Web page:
Custom building or re-building RC transmitter gear

A thought that occurred to me recently: is it possible to use the spare parts that a lot of RC shops sell, or maybe a semi-dismantled RC transmitter handset, to make your own transmitter? As in, build something from an Arduino/BeagleBoard/Gumstix/custom PCB/whatever and then connect it to the transmitting part of the RC handset, at any level - either some handset that will accept some kind of data input and send it for you, or right down on the raw electronics end, soldering bits together.

Basically, I'd like to get some computer assistance into the loop, using telemetry data to allow the system to act like fly-by-wire software, tweaking and moderating the control inputs to stop the pilot from departing from a safe flight envelope. If done right, it should make the aircraft controllable with just one two-axis thumbstick, trading separate controls for all the surfaces for basic up-down/left-right and a throttle slider. I was just wondering if it would be at all possible to build this into the actual handset (ignoring for a moment the issue of how the telemetry data would get to said handset) so that I could use the tried and tested transmission method, rather than having to fight past the latency and patchy signal issues of something like an XBee.

If not, then hey, back to the drawing board I guess. This is still early concept stages, so no great loss.

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  • Developer
    Why not generate PPM like a buddybox? Pipe that into a transmitter and you're good. Micheal's right. Everything else should/ is in the plane already.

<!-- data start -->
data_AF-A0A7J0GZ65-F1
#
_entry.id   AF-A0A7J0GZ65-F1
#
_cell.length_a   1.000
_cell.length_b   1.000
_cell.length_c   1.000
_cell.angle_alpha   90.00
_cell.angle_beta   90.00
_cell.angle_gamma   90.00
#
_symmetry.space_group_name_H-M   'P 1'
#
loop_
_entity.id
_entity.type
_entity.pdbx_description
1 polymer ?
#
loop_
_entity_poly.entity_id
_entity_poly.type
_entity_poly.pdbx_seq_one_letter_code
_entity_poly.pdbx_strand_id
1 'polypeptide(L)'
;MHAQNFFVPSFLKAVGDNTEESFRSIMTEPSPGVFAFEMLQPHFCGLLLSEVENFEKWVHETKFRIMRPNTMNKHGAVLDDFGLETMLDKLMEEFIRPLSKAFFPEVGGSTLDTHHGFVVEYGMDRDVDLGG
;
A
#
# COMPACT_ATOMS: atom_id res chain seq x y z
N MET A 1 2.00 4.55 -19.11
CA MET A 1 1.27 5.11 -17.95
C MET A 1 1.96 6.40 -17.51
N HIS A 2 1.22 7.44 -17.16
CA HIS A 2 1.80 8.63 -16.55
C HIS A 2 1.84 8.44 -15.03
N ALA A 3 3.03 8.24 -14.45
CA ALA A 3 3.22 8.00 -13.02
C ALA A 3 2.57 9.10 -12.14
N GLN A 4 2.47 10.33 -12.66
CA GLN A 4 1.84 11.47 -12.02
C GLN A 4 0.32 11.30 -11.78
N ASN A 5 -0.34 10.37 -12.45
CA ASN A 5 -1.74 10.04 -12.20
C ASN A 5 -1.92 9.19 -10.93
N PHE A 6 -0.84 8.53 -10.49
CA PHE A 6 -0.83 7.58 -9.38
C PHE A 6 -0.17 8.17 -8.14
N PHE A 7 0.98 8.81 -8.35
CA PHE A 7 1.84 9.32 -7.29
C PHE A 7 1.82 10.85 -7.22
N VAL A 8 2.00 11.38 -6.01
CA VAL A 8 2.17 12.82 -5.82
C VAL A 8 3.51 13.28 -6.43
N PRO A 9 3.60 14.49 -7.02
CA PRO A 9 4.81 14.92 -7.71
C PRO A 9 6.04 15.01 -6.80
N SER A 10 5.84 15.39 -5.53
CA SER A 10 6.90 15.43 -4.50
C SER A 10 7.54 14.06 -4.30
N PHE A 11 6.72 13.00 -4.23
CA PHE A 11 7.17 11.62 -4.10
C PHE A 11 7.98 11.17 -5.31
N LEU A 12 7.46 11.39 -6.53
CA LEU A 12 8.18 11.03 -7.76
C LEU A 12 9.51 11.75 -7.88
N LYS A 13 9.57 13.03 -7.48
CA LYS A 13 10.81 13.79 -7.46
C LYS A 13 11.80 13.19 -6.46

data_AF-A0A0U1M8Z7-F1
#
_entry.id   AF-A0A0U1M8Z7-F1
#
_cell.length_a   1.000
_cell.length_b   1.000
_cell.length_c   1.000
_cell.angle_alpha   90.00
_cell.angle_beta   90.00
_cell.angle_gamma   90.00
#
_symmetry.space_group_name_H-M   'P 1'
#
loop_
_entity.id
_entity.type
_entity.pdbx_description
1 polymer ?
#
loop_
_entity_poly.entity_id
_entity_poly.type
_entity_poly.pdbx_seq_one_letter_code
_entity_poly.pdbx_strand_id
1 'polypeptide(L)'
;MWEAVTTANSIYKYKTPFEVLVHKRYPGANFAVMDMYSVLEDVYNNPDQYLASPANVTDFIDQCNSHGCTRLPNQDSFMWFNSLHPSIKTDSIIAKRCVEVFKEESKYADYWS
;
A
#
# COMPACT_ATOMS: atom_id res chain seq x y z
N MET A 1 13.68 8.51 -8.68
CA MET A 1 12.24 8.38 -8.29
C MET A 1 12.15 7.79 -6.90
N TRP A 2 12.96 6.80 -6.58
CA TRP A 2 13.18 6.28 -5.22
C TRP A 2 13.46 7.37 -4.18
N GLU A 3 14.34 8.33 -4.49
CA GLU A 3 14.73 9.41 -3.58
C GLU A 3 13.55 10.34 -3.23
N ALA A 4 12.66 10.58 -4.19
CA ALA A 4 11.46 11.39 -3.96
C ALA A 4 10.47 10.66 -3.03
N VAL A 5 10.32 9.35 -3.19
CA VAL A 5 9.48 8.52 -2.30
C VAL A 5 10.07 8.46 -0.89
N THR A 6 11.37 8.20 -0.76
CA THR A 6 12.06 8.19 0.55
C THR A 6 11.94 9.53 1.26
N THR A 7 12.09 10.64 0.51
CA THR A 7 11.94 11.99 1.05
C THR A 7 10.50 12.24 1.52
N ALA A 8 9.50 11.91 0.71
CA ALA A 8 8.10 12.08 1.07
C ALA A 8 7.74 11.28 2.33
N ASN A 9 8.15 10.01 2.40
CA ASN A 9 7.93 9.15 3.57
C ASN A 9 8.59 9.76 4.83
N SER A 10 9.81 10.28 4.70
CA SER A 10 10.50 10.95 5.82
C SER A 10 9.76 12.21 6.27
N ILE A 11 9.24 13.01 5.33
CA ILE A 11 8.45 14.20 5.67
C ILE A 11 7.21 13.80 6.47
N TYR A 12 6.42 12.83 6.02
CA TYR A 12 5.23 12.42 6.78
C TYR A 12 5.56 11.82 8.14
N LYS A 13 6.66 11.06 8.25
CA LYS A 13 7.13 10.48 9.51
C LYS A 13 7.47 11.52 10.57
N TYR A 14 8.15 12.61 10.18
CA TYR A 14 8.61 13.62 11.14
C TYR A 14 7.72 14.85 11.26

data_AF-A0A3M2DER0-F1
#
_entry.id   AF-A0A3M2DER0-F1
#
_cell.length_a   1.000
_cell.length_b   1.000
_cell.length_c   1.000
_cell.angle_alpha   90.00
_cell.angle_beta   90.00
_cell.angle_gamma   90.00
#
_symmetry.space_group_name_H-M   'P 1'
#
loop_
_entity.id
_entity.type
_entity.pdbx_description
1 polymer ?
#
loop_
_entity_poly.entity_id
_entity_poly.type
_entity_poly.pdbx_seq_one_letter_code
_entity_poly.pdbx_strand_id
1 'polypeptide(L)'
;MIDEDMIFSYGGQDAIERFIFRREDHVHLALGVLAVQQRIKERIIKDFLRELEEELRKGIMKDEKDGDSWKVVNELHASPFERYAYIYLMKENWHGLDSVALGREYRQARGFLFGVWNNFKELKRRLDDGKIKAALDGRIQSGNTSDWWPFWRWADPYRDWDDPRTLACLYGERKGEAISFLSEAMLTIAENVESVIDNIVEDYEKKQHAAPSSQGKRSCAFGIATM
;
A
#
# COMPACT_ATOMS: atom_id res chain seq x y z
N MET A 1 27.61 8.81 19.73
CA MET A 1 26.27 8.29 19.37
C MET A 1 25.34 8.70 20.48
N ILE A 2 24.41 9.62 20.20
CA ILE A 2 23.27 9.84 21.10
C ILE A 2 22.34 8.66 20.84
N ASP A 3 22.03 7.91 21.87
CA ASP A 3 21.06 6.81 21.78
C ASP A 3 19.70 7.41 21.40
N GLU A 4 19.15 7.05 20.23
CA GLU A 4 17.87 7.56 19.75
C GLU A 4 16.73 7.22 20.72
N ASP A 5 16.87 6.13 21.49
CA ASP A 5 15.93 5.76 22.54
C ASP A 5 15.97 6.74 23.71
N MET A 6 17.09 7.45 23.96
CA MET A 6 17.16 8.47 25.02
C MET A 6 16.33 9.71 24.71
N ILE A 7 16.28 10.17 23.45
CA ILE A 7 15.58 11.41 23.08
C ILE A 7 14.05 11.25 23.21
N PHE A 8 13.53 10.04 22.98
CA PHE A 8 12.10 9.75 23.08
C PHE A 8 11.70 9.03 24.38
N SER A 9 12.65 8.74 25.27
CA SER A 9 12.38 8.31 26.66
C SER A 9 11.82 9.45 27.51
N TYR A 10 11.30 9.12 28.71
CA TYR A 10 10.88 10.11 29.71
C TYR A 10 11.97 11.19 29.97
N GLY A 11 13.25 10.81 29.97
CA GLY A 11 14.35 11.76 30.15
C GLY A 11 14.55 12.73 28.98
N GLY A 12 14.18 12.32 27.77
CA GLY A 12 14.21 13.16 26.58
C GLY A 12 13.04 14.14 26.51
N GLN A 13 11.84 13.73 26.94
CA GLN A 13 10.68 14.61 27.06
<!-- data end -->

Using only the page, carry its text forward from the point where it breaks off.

• Looks like a great project. You might be as well to build in a standard transmitter and receiver into your diagram just in case. It's fine manually controlling the autopilot until the autopilot/ground control/Xbee (or whatever) locks up and then you have problems. I'm doing a similar project but using a GCS and there have been many times during testing when I've needed to fall back to the more "traditional" ways within seconds. you also need to be very comfortable flying your plane manually too in case you have to rescue it from a glitch. better still, have a spotter with the backup rc.
  • Well, the diagram of the entire project plan is here, but I get the impression that's not entirely what you meant. I'm working on a diagram of dataflow, ie following the system through, starting by explaining what each sensor is reading, then seeing what's reading from the sensors, what the software does with the data it's reading, what it sends signals out to in response and what those signals make the components do. I'll post that when I've finished it, but it's pretty big - as you can see, the planned system has a lot of stuff. That's the dream, the ultimate UAV system. It's possible that I'll never actually build all of it, and parts of it might not even be achievable, but I aim to build as much of it as I can. I haven't even got my EasyStar flying autonomously yet (or flying much at all, actually) but I'm already working on designs for an airframe to carry it all...
  • Developer
    Why would you want to place your anti-crash system at the mercy of your telemetry, when you could put it in the model itself?
  • In many legislation you will need to have a "standard" rc gear that controls the plane. There are no real rules, and I guess not even a real control on that but in the case someone "official" checks your uav and/or rc he will dislike to see some wires going out to a self made box instead of a classic rc tx/rx. The reason is that you need a tested "best practice" equipment beside any uav or self made system. And that is good, because uav technology is far to be reliable as it should.
    If you have a standard rc system that can take over in case of emergency you can surely build your custom system. The best option is to use the trainer port of the rc handset itself, mostly accepting so called PPM signals. These can be modulated by an arduino board. One example of many: http://www.ianjohnston.com/content/index.php?option=com_content&amp... but there are some other projects following that path. Doing it this way allows you to use the rc gear in case the self-made solution won't work.
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